During a summer heatwave, there’s nothing more refreshing than diving into the water to cool off. Some people are fortunate enough to live near oceans, or fresh, clean rivers and lakes. Many of us, however, simply do not have this option, and turn to public pools for our swimming enjoyment.
However, while we may feel that these places are safe as long as we keep an eye on the kids and don’t run by the pool, there may be more dangers in the water than we think.
The Centers for Disease Control and Prevention (CDC) recently issued a troubling report after an inspection of nearly 50,000 public aquatic venues, including public pools, hot tubs, and water parks across five states was performed by the Network for Aquatic Facility Inspection Surveillance (NAFIS). The five states surveyed were Arizona, California, Florida, New York and Texas. These states were chosen because they are home to the “highest estimated counts of public aquatic venues” in the United States, according to the CDC.
The CDC’s report found, alarmingly, that 80 percent of the venues surveyed had at least one violation of safety. One out of every eight violations was serious enough to force immediate closure of the venue. Perhaps even more frightening is that one out of five children’s play pools inspected was immediately closed down due to a significant violation.
Three violations stood out as the most common. Fifteen percent of the violations had to do with an improper pH of pool water. Thirteen percent of the venues had “improper” safety equipment, and twelve percent had an “unsuitable disinfectant concentration.”
This is significant, because if the pH of pool water isn’t properly balanced, or if disinfectant levels are not added correctly, swimmers can experience burning eyes and skin. Low pH can even corrode metal fixtures in the pool itself. High pH can lead to cloudy pool water, making it more difficult for a lifeguard (or parent) to spot someone in danger.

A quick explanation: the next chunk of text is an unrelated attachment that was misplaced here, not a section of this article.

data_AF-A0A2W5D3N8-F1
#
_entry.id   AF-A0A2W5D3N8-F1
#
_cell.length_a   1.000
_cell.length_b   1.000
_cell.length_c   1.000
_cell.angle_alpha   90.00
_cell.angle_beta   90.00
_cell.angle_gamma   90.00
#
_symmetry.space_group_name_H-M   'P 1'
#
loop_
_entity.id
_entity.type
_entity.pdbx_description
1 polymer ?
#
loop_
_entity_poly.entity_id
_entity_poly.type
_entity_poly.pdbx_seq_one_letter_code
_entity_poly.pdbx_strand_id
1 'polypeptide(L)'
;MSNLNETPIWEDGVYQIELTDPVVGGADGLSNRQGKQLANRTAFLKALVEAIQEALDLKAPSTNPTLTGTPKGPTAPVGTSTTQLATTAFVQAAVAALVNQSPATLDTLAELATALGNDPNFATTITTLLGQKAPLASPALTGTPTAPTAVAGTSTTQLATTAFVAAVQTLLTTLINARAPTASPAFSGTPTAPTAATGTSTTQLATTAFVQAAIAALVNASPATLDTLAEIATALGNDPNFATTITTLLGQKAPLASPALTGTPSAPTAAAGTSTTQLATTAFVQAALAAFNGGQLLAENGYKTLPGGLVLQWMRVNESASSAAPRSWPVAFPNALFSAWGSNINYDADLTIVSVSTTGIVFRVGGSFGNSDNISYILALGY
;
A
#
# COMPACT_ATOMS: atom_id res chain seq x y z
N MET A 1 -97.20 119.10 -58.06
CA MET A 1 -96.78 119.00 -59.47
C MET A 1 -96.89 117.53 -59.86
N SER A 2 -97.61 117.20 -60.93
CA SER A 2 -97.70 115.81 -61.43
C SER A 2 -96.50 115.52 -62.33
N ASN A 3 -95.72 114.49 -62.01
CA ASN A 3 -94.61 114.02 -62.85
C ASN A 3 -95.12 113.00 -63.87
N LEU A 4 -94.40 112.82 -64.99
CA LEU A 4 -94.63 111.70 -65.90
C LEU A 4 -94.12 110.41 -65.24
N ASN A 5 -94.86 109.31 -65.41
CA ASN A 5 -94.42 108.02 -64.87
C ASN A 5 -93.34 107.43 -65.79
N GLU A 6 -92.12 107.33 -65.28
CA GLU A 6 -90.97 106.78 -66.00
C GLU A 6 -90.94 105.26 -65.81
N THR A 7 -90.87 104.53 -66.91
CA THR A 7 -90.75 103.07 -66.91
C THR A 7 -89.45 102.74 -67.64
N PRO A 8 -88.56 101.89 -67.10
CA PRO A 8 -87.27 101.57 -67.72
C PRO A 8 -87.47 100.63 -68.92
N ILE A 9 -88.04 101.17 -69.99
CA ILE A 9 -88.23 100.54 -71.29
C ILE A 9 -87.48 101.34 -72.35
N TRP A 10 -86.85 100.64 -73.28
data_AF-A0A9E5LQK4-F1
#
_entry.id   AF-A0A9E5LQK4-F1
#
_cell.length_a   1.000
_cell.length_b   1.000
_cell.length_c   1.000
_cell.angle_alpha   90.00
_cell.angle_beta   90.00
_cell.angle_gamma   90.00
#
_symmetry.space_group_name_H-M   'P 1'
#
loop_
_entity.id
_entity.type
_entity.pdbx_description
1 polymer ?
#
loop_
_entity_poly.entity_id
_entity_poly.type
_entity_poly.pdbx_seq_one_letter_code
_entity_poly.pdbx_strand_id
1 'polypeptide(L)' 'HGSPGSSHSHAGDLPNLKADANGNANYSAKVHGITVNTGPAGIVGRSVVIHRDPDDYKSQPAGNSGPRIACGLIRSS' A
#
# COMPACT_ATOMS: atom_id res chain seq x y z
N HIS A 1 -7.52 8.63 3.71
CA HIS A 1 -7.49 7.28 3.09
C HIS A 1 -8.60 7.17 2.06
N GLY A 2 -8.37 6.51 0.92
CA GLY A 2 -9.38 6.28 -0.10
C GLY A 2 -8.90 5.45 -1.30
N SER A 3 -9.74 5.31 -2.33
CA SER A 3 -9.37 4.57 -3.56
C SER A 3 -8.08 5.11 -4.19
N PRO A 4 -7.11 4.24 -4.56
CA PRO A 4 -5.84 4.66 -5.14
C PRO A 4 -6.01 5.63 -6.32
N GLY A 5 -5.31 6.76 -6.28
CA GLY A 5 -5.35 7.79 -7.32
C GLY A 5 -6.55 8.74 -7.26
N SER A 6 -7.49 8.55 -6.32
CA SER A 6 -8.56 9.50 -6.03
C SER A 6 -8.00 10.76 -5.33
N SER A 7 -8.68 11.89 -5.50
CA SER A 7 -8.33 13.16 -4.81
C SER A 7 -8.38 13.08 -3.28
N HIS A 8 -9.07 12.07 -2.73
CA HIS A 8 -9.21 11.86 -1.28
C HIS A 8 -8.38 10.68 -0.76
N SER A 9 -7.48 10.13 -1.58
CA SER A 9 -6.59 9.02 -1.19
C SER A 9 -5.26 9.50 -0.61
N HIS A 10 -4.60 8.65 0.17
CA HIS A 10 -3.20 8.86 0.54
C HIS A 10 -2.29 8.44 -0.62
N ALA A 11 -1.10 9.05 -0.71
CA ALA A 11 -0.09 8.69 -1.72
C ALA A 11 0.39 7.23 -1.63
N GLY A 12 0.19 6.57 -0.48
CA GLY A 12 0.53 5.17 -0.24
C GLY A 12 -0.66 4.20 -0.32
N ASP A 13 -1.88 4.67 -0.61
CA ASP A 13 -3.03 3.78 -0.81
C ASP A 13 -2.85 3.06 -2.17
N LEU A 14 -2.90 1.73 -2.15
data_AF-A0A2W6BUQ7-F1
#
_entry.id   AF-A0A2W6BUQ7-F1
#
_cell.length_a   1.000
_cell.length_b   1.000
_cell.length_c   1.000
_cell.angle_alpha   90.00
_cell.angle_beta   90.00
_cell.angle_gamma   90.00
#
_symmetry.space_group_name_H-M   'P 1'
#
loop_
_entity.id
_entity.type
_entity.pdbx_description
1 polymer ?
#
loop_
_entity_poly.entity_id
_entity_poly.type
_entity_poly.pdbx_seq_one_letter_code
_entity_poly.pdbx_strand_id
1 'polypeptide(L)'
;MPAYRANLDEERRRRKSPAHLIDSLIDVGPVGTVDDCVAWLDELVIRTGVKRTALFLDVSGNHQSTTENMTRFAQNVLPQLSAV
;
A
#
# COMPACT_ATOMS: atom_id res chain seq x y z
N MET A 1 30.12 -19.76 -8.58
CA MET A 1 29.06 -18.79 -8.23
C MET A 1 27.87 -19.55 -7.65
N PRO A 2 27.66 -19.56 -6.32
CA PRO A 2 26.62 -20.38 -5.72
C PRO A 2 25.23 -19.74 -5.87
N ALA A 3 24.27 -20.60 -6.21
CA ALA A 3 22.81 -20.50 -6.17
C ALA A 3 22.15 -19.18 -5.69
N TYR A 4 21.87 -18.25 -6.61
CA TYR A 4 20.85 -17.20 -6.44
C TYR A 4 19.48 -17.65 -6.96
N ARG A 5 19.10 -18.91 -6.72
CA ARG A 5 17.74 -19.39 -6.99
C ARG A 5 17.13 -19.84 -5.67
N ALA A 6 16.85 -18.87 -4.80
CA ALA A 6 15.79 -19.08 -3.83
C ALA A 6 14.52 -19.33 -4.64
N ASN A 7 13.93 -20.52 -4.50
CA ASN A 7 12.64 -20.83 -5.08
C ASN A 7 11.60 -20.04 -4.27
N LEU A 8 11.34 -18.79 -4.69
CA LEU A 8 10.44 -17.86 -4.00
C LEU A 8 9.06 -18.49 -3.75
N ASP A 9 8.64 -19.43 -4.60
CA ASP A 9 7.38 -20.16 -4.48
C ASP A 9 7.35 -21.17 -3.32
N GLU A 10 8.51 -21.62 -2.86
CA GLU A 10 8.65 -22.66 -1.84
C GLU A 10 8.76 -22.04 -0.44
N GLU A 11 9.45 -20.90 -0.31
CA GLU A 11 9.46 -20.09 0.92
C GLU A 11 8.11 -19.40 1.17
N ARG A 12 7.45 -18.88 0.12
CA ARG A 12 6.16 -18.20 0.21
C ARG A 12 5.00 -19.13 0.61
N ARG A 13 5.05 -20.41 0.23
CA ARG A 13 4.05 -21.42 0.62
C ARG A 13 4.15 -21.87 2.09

Improper safety equipment is obviously a huge problem, because if someone is drowning and safety equipment is unavailable, or exists but is unsuitable for the job, someone could lose their life.
Two other hazards that the CDC warns about are loose pool drains, and insufficient lifeguard supervision. The CDC explains that if a drain cover is loose, swimmers can be pulled underwater and drown. As far as lifeguards and safety equipment, always check to see if a lifeguard is on duty, and make sure that they are diligently watching the pool.
If you are visiting a pool where no lifeguards are on duty, make extra-certain that you are on duty, and have access to safety equipment should you need it.
According to Michele Hlavsa, chief of the CDC’s Healthy Swimming Program:
“We should all check for inspection results online or on-site before using public pools, hot tubs, or water playgrounds and do our own inspection before getting into the water.”
Along with checking online, make sure the water is clear when you get to the pool. To go the extra mile for safety, the CDC mentions that you can bring a test strip to the pool to test the pH yourself. One can be purchased at a pool supply store, or at a superstore that carries them. The proper pH of a pool should be between 7.2 and 7.8.
As a side note, even if a pool is safe, all of that chlorine isn’t good for you, especially if you swim in it often. There are alternatives in some areas, such as pools treated with ozone or ionizers. If this isn’t an option in your area, be sure to shower before and after you swim, and wear swim goggles to protect your eyes if you’re diving underwater.
This summer, have fun in the water, but remember to stay safe! If a facility has sketchy online reviews, or just doesn’t look right when you arrive, go somewhere else!